Drones are usually associated with unmanned flying vehicles, but autonomous watercraft are also becoming useful tools for jobs ranging from scientific exploration to law enforcement to searching for a missing airliner in the Indian Ocean. VOA’s George Putic reports on sea-faring drones.
Video

Video New Earth-Size Planet Found

Not too big, not too small. Not too hot, not too cold. A newly discovered planet looks just right for life as we know it, according to an international group of astronomers. VOA’s Steve Baragona has more.
Video

Video Copts in Diaspora Worry About Future in Egypt

Around 10 percent of Egypt’s population belong to the Coptic faith, making them the largest Christian minority in the Middle East. But they have become targets of violence since the revolution three years ago. With elections scheduled for May and the struggle between the Egyptian military and Islamists continuing, many Copts abroad are deeply worried about the future of their ancient church. VOA religion correspondent Jerome Socolovsky visited a Coptic church outside Washington DC.
Video

Video Critics Say Venezuelan Protests Test Limits of Military's Support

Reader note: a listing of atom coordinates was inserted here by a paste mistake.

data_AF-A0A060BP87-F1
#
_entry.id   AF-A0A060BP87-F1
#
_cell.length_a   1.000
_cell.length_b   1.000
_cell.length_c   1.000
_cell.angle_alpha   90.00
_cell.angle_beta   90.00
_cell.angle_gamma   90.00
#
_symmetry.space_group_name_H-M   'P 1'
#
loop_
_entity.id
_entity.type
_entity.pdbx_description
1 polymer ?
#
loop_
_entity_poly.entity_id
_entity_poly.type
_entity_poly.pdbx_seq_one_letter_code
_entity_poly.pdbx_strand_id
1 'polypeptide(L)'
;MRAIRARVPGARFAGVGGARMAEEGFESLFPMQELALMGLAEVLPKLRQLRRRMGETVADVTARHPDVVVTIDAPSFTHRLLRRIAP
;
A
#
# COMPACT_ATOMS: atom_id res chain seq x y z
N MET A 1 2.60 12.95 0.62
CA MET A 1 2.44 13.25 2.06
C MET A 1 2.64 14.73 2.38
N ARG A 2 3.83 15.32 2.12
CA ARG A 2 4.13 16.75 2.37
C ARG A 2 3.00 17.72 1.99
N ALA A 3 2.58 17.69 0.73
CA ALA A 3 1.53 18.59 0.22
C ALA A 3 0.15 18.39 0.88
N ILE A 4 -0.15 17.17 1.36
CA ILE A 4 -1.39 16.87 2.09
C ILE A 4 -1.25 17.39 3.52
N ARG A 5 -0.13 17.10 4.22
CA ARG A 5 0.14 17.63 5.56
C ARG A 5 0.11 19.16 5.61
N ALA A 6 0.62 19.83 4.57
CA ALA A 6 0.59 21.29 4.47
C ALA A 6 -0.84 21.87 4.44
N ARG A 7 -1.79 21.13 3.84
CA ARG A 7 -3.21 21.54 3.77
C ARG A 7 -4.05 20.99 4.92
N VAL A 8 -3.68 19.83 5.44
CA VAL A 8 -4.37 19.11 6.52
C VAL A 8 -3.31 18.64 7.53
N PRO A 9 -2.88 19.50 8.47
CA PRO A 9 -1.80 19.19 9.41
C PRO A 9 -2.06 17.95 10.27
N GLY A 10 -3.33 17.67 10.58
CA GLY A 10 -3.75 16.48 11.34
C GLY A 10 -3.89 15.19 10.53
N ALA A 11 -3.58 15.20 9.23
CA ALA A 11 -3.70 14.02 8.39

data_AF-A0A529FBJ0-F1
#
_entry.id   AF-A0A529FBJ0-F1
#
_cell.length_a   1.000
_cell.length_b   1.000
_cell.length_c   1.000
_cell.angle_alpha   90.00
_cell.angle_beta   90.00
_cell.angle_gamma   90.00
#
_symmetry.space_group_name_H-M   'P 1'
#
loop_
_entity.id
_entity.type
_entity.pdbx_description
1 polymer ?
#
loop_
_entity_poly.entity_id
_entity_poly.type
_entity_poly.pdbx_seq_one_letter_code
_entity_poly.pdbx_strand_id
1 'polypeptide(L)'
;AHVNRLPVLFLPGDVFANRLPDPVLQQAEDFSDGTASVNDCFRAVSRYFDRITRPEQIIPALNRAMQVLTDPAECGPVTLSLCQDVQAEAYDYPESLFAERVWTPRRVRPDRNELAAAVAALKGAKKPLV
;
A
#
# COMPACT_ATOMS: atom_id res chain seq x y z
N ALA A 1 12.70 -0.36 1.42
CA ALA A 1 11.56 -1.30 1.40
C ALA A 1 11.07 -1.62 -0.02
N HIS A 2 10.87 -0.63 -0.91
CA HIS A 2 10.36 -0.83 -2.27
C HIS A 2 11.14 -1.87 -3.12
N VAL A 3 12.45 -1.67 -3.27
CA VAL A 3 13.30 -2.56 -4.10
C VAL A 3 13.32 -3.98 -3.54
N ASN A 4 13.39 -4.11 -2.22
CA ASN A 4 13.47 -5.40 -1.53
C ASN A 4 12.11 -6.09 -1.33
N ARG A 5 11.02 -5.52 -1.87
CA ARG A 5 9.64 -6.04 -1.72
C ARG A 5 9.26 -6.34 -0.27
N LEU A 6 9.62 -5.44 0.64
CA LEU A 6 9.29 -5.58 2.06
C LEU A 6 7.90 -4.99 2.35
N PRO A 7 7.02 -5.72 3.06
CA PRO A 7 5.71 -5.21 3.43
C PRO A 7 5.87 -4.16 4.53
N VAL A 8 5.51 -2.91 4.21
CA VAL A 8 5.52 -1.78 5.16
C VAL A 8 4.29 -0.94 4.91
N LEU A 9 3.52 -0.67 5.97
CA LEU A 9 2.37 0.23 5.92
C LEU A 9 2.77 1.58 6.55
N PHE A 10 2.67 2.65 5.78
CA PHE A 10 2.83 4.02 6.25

During the two months of deadly anti-government protests that have rocked the oil-rich nation of Venezuela, President Nicolas Maduro has accused the opposition of trying to initiate a coup. Though a small number of military officers have been arrested for allegedly plotting against the government, VOA’s Brian Padden reports the leadership of the armed forces continues to support the president, at least for now.
Video

Video More Millenials Unplug to Embrace Board Games

A big new trend in the U.S. toy industry has more consumers switching off their high-tech gadgets to play with classic toys, like board games. This is especially true among the so-called millenial generation - those born in the 1980's and 90's. Elizabeth Lee has more from an unusual café in Los Angeles, where the new trend is popular and business is booming.
Video

Video Google Buys Drone Company

In its latest purchase of high-tech companies, Google has acquired a manufacturer of solar-powered drones that can stay in the air almost indefinitely, relaying broadband Internet connection to remote areas. It is seen as yet another step in the U.S. based Web giant’s bid to bring Internet to the whole world. VOA’s George Putic reports.
AppleAndroid